Economic giants drive income inequality in a second Gilded Age

Can we look to history for reform ideas in the age of big tech robber barons?

 

An 1849 print shows San Francisco, California's waterfront before a large section was sold to developers.

Reckoning with History is an ongoing series that seeks to understand the legacies of the past and to put the West’s present moment in perspective.

In 1866, San Francisco was at a turning point. California officials had confirmed that the city owned roughly 8,000 acres of land near the waterfront, a remnant of Mexican land claims. That meant San Francisco faced a decision: Sell it off to speculators or retain much of it for public space. The burgeoning city chose immediate profit over long-term community interest. A local journalist named Henry George covered this issue carefully and with deepening objections.

Over the next two decades, George developed a stinging critique of concentrated land ownership, which he saw as driving inequality and poverty. His radicalism sprang from the particular Western experiences he observed. And it still speaks to us across more than a dozen decades, at a time when inequality is again rising, common resources are becoming more concentrated in private hands and equity remains under attack. George’s solution? Tax reform. 

Today’s economic giants — think Google and Amazon — function much like 19th century railroads and mining corporations in driving up land prices and concentrating wealth while poverty swells. These echoes have led some to call this era a Second Gilded Age. Perhaps it’s time to reconsider the radical ideas of the past and the boldness and creativity they showed in diagnosing and attacking persistent problems.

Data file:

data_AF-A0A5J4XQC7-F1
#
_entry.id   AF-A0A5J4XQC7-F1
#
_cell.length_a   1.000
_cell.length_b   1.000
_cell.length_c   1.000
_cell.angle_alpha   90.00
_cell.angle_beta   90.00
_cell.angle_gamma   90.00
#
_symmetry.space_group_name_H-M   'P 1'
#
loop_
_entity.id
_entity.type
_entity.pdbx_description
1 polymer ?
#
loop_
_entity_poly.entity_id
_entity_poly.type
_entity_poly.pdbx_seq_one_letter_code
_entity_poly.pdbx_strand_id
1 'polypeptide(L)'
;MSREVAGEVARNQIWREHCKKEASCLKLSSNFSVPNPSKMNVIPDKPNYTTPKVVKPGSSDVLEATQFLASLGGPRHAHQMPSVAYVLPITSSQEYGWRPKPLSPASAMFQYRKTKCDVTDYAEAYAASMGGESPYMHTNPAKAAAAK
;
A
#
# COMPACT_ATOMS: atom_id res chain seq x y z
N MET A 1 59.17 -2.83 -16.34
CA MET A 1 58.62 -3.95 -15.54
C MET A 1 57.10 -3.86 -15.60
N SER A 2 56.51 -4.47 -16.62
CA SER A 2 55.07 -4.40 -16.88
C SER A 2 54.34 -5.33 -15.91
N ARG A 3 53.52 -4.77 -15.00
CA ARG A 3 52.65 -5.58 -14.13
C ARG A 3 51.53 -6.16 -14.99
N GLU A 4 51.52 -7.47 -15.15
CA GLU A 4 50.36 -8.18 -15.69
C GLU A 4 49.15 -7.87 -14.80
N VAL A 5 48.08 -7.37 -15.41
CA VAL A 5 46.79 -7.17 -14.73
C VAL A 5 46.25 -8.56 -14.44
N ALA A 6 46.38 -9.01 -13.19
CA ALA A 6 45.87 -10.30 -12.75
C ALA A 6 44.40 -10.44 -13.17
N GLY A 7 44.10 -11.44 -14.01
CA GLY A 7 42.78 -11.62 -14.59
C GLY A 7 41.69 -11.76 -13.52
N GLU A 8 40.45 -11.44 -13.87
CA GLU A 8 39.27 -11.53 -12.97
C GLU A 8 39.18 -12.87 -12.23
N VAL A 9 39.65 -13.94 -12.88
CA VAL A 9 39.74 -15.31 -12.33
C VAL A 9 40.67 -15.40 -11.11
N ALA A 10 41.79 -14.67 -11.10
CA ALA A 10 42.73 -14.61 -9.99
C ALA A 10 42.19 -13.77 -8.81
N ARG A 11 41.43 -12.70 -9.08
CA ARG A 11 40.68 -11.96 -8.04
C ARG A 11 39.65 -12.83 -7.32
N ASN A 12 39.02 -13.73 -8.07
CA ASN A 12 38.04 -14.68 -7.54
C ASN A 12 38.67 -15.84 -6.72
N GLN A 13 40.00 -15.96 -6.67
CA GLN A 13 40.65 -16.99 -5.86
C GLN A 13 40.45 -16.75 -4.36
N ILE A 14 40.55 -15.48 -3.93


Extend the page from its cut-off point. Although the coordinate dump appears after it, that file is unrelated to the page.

George was born in 1839 to a large lower-middle-class Protestant family. He landed in California in 1858, amid a society that was fluid with opportunities for both upward mobility and failure. His most recent biographer, Edward T. O’Donnell, notes in Henry George and the Crisis of Inequality: Progress and Poverty in the Gilded Age that George’s “restless personality and an unpredictable economy” kept him constantly insecure and frequently insolvent. He fell into the newspaper business — typesetting, printing, writing — and moved from one paper to another in San Francisco and Sacramento. When his prospects sputtered, which they did frequently, he sent his wife and children to live with his family in Philadelphia. Although this instability grew partly out of George’s temperament, it also exemplified the era’s economic cycling, the booms and busts that brought calamity every couple decades. 

Seeking stability, Americans tried to promote economic growth through legislation — but those laws often failed, or exacerbated inequalities. The Homestead Act of 1862 epitomized this approach: It took Indigenous land acquired by conquest, theft and treaty out of the public domain and gave it to citizens and immigrants who promised to become citizens. Another central initiative was the Pacific Railway Act. Congress gave two railroad corporations, Union Pacific and Central Pacific, massive land grants the size of states and set them loose to connect the continent across its wide middle. These government investments in individual and corporate enterprises constituted an enormous subsidy that wholly transformed the West, from who owned and controlled the land to how value was extracted from it through mines, timber towns and ranches.